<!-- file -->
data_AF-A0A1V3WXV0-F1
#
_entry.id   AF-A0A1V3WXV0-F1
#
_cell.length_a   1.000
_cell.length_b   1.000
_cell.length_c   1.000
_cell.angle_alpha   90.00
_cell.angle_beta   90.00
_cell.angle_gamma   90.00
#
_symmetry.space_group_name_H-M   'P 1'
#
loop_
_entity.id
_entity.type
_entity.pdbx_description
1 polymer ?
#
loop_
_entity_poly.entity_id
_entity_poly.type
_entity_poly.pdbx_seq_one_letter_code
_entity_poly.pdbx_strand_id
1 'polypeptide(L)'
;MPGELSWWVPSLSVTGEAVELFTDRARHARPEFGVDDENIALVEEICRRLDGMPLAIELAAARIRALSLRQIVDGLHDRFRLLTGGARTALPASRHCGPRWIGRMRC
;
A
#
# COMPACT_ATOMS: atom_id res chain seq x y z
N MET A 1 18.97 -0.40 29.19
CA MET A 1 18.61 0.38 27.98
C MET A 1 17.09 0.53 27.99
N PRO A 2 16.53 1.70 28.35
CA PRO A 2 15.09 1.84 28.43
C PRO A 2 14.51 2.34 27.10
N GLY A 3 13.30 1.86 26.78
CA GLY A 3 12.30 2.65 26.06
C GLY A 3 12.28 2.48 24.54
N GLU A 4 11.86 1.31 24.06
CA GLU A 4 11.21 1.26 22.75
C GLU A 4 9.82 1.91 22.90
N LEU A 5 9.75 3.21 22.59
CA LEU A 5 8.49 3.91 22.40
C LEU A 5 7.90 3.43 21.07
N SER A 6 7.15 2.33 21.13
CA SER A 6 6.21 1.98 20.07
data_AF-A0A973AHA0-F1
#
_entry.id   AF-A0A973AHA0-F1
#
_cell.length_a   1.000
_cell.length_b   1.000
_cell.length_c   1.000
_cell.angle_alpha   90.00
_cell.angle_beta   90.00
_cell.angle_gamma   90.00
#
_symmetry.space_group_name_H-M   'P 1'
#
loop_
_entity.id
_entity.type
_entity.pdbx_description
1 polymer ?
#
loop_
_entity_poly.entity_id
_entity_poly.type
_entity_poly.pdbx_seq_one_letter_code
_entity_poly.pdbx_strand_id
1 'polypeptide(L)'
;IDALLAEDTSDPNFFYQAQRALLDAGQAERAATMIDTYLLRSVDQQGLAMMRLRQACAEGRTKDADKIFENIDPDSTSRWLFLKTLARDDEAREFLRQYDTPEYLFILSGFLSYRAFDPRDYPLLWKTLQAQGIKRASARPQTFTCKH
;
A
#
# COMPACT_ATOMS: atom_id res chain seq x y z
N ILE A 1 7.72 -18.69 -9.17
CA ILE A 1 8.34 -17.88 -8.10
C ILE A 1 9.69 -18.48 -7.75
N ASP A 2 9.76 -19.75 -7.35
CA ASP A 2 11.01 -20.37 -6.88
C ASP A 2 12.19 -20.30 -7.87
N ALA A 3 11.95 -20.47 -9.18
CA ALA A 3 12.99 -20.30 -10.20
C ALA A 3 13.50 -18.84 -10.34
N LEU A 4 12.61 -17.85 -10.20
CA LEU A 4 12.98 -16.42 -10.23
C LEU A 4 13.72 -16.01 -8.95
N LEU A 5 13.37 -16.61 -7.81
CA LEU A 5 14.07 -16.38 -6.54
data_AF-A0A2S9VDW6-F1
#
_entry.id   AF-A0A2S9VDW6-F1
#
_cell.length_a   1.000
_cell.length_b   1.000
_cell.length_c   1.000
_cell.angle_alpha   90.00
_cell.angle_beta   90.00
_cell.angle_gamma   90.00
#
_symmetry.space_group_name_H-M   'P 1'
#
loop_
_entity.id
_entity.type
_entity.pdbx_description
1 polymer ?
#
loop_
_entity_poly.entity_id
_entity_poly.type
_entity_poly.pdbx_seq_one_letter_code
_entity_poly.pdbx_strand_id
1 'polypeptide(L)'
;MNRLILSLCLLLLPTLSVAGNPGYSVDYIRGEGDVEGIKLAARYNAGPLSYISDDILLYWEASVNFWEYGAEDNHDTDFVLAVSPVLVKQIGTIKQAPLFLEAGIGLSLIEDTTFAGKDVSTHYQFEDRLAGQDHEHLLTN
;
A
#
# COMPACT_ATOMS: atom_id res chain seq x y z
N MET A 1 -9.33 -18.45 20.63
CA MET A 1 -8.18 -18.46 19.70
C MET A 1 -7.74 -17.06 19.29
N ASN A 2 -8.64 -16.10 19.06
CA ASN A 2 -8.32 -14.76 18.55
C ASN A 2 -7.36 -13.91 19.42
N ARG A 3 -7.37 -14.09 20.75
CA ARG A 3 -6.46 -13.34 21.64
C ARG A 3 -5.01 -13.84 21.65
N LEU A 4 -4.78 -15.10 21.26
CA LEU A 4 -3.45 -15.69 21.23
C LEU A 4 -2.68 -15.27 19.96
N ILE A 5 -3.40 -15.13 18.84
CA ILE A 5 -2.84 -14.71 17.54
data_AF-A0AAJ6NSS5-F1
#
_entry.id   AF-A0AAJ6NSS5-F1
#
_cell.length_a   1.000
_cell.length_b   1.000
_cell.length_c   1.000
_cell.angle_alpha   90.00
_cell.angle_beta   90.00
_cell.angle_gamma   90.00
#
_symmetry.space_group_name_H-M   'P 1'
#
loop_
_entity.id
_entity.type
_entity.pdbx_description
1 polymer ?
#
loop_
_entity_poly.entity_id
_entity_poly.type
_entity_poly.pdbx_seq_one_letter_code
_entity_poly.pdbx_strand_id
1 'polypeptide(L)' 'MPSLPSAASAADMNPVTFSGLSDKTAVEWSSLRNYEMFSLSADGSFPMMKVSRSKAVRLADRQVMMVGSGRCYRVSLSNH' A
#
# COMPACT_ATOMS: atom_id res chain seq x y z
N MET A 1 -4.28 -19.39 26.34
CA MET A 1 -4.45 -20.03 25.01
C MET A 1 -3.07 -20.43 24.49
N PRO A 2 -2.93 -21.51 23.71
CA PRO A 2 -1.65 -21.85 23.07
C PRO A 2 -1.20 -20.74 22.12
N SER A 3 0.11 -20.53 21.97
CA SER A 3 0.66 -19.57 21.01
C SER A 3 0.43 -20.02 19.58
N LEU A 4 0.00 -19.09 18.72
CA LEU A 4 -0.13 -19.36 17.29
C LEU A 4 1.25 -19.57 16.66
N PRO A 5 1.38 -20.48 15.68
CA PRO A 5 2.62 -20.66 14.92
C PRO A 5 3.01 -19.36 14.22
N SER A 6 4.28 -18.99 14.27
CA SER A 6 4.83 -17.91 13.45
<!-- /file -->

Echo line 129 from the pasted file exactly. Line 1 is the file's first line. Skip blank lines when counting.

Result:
CA ARG A 3 -6.46 -13.34 21.64